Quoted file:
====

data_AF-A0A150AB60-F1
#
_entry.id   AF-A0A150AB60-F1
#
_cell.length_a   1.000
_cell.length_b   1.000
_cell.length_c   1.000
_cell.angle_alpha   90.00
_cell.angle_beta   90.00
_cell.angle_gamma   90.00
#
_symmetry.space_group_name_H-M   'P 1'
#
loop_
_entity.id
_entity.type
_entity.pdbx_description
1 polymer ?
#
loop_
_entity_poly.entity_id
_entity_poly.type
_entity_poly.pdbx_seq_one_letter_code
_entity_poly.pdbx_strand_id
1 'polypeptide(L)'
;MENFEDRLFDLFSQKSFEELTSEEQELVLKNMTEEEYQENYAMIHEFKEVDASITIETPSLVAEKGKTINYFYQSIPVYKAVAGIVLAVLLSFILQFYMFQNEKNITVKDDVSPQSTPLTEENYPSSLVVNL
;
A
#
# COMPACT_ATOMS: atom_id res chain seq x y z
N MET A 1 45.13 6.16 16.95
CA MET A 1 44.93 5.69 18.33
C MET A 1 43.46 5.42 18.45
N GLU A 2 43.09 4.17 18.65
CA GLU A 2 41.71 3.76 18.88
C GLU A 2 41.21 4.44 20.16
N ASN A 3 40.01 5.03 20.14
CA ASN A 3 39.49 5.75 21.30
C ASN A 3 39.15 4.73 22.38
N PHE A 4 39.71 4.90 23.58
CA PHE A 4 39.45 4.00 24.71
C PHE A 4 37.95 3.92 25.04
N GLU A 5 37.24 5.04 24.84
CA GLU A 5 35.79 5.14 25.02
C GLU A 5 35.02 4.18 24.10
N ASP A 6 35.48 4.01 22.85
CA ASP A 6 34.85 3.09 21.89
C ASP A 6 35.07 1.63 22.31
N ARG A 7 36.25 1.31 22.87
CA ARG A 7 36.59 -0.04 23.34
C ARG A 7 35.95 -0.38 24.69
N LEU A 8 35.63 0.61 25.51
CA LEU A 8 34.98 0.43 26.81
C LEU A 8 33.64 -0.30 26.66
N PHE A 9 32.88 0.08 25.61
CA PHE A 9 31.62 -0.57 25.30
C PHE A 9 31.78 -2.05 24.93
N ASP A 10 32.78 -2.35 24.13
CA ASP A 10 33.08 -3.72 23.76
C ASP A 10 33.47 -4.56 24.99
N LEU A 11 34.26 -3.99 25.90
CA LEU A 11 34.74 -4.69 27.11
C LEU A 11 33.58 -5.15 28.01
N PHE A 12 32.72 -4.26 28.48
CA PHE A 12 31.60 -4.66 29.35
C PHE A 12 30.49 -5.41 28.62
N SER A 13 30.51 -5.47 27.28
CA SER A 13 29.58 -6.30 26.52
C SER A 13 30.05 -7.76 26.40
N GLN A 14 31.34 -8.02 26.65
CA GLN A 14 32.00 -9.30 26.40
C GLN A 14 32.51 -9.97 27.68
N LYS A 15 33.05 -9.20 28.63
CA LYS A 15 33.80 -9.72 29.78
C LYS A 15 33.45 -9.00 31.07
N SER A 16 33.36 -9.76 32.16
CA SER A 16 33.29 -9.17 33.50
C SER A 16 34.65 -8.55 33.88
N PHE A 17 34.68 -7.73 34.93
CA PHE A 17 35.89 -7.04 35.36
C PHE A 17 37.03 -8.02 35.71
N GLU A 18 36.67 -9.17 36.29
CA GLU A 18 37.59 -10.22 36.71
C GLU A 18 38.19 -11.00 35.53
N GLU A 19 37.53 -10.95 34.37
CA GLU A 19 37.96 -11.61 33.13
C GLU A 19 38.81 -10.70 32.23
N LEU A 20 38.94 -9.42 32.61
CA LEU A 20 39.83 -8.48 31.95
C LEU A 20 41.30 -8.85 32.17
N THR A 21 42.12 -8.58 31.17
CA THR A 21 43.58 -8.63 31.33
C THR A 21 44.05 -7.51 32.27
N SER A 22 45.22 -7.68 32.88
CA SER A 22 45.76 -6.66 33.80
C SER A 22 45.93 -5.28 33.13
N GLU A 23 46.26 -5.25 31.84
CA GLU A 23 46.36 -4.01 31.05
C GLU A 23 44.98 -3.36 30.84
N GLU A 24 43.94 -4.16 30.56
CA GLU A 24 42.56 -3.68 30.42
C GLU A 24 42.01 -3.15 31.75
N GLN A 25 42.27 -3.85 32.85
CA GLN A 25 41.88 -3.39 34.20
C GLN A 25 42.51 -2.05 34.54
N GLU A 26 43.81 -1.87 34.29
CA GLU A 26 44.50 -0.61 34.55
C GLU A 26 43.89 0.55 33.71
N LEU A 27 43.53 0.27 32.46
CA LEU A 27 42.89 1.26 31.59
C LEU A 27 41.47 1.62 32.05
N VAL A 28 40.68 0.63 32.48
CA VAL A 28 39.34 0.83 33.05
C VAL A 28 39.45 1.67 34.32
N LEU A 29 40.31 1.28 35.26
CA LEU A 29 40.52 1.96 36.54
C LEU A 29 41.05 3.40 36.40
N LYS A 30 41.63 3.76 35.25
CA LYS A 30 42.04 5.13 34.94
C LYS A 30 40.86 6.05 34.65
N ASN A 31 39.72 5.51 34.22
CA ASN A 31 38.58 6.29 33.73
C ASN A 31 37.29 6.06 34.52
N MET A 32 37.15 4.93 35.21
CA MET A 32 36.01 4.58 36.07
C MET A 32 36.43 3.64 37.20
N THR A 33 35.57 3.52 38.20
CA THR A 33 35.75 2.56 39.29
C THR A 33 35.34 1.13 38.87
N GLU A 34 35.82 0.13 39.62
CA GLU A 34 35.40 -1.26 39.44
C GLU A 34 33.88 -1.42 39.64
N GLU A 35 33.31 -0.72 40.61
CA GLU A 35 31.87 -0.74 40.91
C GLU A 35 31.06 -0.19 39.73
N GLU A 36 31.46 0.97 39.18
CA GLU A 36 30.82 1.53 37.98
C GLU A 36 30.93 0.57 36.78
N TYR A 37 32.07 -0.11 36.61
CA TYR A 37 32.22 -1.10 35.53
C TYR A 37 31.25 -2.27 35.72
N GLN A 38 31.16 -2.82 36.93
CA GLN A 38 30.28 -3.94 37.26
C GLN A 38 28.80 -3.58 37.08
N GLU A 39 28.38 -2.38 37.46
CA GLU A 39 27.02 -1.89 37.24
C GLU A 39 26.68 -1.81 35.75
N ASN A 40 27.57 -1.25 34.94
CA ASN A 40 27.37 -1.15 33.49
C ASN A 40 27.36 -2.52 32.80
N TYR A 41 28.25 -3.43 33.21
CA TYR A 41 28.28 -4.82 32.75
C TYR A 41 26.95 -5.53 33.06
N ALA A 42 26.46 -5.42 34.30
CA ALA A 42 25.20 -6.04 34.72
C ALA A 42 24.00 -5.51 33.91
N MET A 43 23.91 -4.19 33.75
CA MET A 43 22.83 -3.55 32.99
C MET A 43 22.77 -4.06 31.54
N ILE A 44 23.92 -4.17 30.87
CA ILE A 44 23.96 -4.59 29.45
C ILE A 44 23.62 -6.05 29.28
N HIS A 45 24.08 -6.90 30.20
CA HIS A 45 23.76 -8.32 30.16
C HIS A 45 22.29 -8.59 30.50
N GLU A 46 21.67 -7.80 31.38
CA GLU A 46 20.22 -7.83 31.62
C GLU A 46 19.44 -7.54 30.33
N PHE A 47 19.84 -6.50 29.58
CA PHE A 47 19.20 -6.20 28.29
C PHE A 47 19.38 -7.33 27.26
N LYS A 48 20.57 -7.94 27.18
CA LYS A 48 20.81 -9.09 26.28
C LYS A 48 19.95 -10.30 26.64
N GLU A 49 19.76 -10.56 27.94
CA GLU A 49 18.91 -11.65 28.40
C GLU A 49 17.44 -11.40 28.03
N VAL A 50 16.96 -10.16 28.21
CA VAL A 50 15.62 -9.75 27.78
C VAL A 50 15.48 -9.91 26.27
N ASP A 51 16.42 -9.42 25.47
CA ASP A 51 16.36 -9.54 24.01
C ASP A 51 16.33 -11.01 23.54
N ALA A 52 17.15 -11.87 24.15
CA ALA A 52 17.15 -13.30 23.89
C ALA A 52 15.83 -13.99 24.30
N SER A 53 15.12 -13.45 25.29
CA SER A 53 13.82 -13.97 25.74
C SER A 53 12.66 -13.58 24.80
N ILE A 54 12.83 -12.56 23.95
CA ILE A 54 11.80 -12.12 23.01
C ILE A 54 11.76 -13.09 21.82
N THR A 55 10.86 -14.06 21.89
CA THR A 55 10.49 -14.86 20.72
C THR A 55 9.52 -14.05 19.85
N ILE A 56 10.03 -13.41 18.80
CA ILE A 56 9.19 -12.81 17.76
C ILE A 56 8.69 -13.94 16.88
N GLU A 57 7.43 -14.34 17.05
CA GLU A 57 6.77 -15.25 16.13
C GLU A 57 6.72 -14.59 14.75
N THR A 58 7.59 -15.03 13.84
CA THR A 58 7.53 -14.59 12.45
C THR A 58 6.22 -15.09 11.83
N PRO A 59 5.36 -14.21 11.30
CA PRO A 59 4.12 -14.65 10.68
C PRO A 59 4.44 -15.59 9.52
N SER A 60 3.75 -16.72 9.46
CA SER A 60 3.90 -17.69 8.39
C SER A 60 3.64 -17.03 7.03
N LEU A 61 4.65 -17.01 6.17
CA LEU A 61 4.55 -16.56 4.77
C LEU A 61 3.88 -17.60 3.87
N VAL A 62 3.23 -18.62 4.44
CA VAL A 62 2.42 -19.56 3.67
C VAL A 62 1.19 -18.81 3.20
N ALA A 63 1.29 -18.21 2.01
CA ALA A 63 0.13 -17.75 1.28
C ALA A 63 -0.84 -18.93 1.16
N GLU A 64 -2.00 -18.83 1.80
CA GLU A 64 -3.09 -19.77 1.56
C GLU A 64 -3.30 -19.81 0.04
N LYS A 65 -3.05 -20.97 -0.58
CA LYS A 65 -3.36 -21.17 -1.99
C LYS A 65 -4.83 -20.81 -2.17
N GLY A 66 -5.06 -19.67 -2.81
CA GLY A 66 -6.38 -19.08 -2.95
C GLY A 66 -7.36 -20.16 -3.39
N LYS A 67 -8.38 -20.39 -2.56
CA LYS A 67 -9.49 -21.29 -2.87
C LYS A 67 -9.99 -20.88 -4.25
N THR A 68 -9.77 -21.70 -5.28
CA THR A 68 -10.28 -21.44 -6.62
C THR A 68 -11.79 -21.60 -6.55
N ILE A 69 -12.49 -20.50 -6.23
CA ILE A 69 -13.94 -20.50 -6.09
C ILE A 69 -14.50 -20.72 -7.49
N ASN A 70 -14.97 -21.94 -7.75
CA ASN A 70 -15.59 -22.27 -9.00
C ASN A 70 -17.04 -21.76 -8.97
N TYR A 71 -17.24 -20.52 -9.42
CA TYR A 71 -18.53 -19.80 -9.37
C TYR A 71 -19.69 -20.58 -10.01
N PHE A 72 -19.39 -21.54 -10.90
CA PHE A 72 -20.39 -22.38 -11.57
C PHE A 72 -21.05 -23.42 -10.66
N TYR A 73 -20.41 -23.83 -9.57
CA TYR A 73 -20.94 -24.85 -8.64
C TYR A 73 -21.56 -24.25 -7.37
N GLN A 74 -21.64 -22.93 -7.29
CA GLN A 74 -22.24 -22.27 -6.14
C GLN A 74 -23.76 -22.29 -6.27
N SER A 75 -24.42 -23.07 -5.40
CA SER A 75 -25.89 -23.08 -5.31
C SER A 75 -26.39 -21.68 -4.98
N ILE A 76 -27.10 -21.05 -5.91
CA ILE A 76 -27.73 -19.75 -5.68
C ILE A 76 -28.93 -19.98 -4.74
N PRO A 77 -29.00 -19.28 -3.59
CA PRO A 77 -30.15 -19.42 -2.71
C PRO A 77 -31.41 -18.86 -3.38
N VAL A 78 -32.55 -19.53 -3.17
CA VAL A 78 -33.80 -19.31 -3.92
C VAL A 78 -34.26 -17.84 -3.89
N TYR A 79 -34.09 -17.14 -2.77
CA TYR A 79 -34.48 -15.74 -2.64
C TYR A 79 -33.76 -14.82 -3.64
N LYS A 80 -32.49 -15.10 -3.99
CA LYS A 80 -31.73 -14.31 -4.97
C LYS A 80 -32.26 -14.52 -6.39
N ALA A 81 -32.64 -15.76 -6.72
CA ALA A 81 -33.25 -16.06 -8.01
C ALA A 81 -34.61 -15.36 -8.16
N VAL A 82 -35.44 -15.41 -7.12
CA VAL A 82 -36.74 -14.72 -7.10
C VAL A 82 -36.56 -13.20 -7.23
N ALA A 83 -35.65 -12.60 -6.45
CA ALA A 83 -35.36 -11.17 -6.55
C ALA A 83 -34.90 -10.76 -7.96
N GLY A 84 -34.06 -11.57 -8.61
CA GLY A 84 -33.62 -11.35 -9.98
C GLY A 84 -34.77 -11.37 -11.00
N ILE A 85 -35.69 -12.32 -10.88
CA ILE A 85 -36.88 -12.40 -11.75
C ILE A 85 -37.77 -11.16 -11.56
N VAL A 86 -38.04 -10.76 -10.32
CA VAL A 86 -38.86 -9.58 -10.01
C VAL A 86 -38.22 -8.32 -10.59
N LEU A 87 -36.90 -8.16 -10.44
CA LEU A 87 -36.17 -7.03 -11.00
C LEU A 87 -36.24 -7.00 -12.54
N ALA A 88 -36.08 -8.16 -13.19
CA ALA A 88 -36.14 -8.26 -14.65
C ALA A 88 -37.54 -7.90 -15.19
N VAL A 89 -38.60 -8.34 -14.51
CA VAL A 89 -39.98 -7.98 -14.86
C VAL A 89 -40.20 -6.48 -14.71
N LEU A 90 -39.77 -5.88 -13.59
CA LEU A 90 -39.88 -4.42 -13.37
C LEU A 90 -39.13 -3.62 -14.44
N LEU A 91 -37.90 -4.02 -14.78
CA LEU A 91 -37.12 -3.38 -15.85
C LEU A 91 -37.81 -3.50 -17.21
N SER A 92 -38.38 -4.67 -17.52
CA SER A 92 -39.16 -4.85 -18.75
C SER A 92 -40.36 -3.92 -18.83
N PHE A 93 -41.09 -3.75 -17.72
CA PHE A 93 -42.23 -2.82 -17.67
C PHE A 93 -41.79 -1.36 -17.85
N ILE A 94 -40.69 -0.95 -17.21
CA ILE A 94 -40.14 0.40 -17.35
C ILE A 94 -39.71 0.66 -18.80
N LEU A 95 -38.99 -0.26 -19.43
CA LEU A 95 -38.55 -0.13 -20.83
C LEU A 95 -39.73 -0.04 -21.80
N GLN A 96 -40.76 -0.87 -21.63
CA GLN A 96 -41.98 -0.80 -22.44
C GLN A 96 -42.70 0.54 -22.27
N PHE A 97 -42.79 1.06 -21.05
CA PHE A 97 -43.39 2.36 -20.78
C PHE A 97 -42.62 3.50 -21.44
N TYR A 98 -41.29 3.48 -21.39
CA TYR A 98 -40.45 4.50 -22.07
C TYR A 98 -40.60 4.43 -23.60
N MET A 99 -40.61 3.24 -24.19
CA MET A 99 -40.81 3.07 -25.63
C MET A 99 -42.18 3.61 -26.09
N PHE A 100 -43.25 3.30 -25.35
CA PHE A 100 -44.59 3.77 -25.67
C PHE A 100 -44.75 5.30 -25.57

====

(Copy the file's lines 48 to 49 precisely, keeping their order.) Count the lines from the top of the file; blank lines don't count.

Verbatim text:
C ASP A 6 35.07 1.63 22.31
N ARG A 7 36.25 1.31 22.87